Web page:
high audio quality, much higher than anything else on the
market. There have been other expensive mixers, but they don’t
really have the quality – it’s another case of
finding a gap in the market. This project didn’t start
out as an exercise in making money, we just wanted to show
what could be achieved.
Is there some kind of history behind the
Definitely. In the 1960s a guy called Louis Bozac designed
some incredibly high quality mixers for the DJs of that era.
They were unbelievably expensive, two to three thousand dollars
even in those days, but they were the best. In the 1980s Urei
produced a version of the old design, but it was designed
using op-amps, which didn’t have the characteristics
of the old discrete circuits. What we wanted to do was to
set a completely new standard, using our own ideas and our
knowledge of audio, but capturing the spirit of the old Bozac
So what’s in it?
At the moment we’re still working on the fine details,
but it’s essentially a very simple six-channel rotary
mixer, with valve pre-amps and big knobs! There are all sorts
of details like the VU meters, which are a design that dates
back to the 1930s. The front panel is machined from a block
of quarter-inch thick aluminium, so the :V6 doesn’t
just feel solid, it is solid. We’ve kept the circuit
paths as pure as we can – we haven’t even included
an EQ section. But each channel has an insert point, so DJs
can add their own favorite processor if the feel they need
Valve pre-amps? Isn’t that kind of
thing just for hi-fi audiophiles?
Well, considering the incredible amount of money being spent
on club sound systems these days, it seems odd that there
isn’t really a mixer that delivers a matching level
of sound quality. Valves, in particular, have some wonderful
characteristics for live mixing, because of the way that they
soft-compress instead of distorting when they’re overloaded.
Certain club owners have become wise to the fact that the
quality of a sound system really makes a difference to people’s
enjoyment of the music. Clubbers aren’t stupid or deaf
– and in a big, high-spec club installation, you can
hear the difference. It’s places like this where a really
high-quality mixer is needed.
And the DJ’s – can they hear
the difference too?
Many of the guys out there pride themselves on the quality
of the tracks they produce in the studio – the US garage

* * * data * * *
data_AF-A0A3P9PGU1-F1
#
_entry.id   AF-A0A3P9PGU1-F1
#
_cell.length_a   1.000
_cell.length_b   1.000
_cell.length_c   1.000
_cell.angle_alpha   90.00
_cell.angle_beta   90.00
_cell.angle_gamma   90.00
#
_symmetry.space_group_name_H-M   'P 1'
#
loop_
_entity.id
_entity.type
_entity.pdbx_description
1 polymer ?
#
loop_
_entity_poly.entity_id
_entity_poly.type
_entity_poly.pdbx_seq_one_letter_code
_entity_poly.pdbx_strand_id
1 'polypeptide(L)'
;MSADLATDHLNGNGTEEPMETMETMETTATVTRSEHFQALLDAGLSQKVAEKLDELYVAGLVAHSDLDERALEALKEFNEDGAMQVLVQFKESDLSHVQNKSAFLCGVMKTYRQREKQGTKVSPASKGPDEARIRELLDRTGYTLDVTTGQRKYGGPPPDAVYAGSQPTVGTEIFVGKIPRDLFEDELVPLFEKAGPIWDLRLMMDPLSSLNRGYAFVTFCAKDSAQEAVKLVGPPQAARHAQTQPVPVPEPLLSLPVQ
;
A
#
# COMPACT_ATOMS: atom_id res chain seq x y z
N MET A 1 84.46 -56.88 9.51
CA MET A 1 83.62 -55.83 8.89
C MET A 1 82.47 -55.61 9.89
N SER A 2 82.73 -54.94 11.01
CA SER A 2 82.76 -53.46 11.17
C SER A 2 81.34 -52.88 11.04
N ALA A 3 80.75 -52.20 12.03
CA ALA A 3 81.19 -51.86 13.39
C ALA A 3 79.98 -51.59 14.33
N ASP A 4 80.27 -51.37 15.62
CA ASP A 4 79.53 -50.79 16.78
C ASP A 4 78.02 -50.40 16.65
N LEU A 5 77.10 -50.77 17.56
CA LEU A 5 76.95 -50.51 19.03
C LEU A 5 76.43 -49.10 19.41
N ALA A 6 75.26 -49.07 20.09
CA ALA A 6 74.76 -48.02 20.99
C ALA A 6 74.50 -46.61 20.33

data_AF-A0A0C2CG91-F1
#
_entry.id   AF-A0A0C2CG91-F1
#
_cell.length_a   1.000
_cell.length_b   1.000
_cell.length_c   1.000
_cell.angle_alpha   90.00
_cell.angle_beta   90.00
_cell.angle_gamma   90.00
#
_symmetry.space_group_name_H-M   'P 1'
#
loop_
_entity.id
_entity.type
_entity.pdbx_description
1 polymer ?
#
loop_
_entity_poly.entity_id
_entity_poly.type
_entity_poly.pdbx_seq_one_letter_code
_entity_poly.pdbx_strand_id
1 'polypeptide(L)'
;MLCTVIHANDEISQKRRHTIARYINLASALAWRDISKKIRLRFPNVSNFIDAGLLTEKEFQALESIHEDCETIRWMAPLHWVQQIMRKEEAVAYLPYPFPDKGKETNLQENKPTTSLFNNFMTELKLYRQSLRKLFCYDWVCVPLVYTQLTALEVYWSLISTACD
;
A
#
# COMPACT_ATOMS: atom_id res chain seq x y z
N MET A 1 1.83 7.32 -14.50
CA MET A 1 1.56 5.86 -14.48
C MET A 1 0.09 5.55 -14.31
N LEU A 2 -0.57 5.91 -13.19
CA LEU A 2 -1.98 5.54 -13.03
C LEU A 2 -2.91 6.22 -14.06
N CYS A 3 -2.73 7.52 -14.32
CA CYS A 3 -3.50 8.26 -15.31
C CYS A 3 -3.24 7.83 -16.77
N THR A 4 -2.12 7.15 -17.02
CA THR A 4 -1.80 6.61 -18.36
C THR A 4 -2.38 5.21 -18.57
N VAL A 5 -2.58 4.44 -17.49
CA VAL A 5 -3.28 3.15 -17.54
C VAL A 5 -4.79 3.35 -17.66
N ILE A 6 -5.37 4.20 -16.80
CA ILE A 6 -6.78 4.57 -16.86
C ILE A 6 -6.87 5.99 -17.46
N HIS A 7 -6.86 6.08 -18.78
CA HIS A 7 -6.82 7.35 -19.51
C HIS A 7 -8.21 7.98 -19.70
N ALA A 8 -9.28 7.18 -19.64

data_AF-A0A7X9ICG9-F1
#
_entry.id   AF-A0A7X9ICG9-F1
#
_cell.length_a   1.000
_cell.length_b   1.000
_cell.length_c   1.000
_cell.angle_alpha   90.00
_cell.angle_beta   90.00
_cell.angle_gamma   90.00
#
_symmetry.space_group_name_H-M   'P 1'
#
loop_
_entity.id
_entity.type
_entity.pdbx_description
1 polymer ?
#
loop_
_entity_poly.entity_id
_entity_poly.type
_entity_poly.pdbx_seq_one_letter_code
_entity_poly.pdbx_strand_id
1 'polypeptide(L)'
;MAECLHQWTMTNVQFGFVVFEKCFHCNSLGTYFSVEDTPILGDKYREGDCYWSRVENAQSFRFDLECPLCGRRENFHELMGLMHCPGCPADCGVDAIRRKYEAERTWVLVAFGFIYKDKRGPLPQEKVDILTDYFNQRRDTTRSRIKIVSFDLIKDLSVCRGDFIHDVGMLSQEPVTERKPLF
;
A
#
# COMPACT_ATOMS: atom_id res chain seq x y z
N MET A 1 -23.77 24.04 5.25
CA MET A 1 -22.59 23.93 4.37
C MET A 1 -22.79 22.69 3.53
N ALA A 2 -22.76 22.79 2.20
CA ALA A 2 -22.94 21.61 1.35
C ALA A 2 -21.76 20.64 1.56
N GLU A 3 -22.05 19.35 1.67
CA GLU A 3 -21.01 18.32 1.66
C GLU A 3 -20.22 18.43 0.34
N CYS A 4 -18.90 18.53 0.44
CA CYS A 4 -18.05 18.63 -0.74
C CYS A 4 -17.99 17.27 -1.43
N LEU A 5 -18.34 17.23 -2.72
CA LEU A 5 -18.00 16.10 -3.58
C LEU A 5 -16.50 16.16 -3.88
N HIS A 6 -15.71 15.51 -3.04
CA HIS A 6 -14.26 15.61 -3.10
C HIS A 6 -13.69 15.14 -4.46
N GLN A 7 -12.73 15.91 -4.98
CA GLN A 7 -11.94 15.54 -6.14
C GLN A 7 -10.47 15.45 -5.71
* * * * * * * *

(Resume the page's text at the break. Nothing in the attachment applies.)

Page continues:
scene in particular has gone way beyond bedroom recording
– and they put a lot of effort into music production.
For the most part, the only time a DJ hears his or her music
outside the studio is in clubs, so they know whether the system
is doing justice to their hard work.
The rumor is that you’re using some
extremely costly components in the V6. Is this just a bit
of marketing hype?
In fact, this project is an enormous amount of work for us.
Not only do we have to “go back to college” to
re-learn all the traditional ways of designing good audio
circuits, but we also have to source some very esoteric components
from other manufacturers. Some of these are only made for
top-of-the-line hi-fi, and none of them are produced in big
quantities. The rotary faders, for example, come from Penny
and Giles, and they’re a beautiful example of good engineering.
The V6 will cost a lot, simply because it will cost a lot
So far, the prototype has been shown in
Miami and Frankfurt. What comments have you had?
It’s been absolutely staggering. As soon as we showed
it public, people had taken pictures of it and were posting
it on their own websites and forums, and two days after we
got back from the shows we were getting calls from people
wanting to place orders. Some of the most serious DJs I’ve
ever talked to have said that they want to try one as soon
as it’s available – and when you hear that from
people like Timo Maas and Danny Tenaglia, you know you must
be doing something right. We have never had such a reaction
to a product that isn’t even finished yet.
So how long do we have to wait for the real
Well, it will take as long as it takes. Even though I can’t
wait to see the final version, the V6 won’t be appearing
until we’re completely happy that it achieves what we
set out to do – to be better than the best. Even then
we’ll have a period of beta-testing before it goes into
production. If you’re as passionate about what you do
as we are, you want it to be exactly right – and it